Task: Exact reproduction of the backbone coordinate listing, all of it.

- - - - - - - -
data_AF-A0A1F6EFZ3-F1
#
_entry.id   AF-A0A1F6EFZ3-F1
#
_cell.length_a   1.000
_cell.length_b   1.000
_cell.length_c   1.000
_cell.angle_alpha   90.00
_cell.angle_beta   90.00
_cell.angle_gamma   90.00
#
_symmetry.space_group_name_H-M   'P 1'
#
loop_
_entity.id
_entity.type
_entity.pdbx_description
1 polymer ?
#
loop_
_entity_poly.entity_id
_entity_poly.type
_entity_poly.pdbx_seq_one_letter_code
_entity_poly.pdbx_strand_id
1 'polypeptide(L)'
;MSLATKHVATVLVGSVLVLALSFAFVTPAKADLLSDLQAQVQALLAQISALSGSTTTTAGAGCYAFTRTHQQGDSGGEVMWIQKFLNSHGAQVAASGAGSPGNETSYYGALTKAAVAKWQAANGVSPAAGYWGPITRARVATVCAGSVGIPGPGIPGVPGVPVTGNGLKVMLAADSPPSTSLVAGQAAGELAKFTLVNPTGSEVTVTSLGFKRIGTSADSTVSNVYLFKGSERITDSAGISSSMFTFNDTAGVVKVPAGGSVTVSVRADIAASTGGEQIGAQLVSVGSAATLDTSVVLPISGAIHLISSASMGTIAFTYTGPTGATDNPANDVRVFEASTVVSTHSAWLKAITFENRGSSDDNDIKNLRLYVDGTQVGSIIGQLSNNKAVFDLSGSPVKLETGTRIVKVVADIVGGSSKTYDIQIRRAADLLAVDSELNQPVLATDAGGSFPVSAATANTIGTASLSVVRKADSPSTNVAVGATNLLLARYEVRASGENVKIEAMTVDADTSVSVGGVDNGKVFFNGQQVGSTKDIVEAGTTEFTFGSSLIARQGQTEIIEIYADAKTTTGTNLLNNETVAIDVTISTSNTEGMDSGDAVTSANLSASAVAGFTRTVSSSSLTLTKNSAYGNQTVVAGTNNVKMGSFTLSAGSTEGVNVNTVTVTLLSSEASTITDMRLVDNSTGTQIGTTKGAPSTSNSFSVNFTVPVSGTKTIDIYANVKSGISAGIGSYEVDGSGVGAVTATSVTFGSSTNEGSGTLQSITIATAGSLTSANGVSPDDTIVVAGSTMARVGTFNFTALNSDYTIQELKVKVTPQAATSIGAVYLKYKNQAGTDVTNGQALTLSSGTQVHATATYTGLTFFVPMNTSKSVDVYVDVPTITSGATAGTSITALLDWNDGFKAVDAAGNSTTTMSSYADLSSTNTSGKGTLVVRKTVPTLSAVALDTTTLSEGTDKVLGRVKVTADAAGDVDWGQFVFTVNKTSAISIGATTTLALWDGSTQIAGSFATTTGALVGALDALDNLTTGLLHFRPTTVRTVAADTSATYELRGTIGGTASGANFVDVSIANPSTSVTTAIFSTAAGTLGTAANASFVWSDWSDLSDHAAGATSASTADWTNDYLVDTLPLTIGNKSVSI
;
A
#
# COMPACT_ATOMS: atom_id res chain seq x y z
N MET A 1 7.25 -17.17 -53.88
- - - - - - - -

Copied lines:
data_AF-A0A1F6EFZ3-F1
#
_entry.id   AF-A0A1F6EFZ3-F1
#
_cell.length_a   1.000
_cell.length_b   1.000
_cell.length_c   1.000
_cell.angle_alpha   90.00
_cell.angle_beta   90.00
_cell.angle_gamma   90.00
#
_symmetry.space_group_name_H-M   'P 1'
#
loop_
_entity.id
_entity.type
_entity.pdbx_description
1 polymer ?
#
loop_
_entity_poly.entity_id
_entity_poly.type
_entity_poly.pdbx_seq_one_letter_code
_entity_poly.pdbx_strand_id
1 'polypeptide(L)'
;MSLATKHVATVLVGSVLVLALSFAFVTPAKADLLSDLQAQVQALLAQISALSGSTTTTAGAGCYAFTRTHQQGDSGGEVMWIQKFLNSHGAQVAASGAGSPGNETSYYGALTKAAVAKWQAANGVSPAAGYWGPITRARVATVCAGSVGIPGPGIPGVPGVPVTGNGLKVMLAADSPPSTSLVAGQAAGELAKFTLVNPTGSEVTVTSLGFKRIGTSADSTVSNVYLFKGSERITDSAGISSSMFTFNDTAGVVKVPAGGSVTVSVRADIAASTGGEQIGAQLVSVGSAATLDTSVVLPISGAIHLISSASMGTIAFTYTGPTGATDNPANDVRVFEASTVVSTHSAWLKAITFENRGSSDDNDIKNLRLYVDGTQVGSIIGQLSNNKAVFDLSGSPVKLETGTRIVKVVADIVGGSSKTYDIQIRRAADLLAVDSELNQPVLATDAGGSFPVSAATANTIGTASLSVVRKADSPSTNVAVGATNLLLARYEVRASGENVKIEAMTVDADTSVSVGGVDNGKVFFNGQQVGSTKDIVEAGTTEFTFGSSLIARQGQTEIIEIYADAKTTTGTNLLNNETVAIDVTISTSNTEGMDSGDAVTSANLSASAVAGFTRTVSSSSLTLTKNSAYGNQTVVAGTNNVKMGSFTLSAGSTEGVNVNTVTVTLLSSEASTITDMRLVDNSTGTQIGTTKGAPSTSNSFSVNFTVPVSGTKTIDIYANVKSGISAGIGSYEVDGSGVGAVTATSVTFGSSTNEGSGTLQSITIATAGSLTSANGVSPDDTIVVAGSTMARVGTFNFTALNSDYTIQELKVKVTPQAATSIGAVYLKYKNQAGTDVTNGQALTLSSGTQVHATATYTGLTFFVPMNTSKSVDVYVDVPTITSGATAGTSITALLDWNDGFKAVDAAGNSTTTMSSYADLSSTNTSGKGTLVVRKTVPTLSAVALDTTTLSEGTDKVLGRVKVTADAAGDVDWGQFVFTVNKTSAISIGATTTLALWDGSTQIAGSFATTTGALVGALDALDNLTTGLLHFRPTTVRTVAADTSATYELRGTIGGTASGANFVDVSIANPSTSVTTAIFSTAAGTLGTAANASFVWSDWSDLSDHAAGATSASTADWTNDYLVDTLPLTIGNKSVSI
;
A
#
# COMPACT_ATOMS: atom_id res chain seq x y z
N MET A 1 7.25 -17.17 -53.88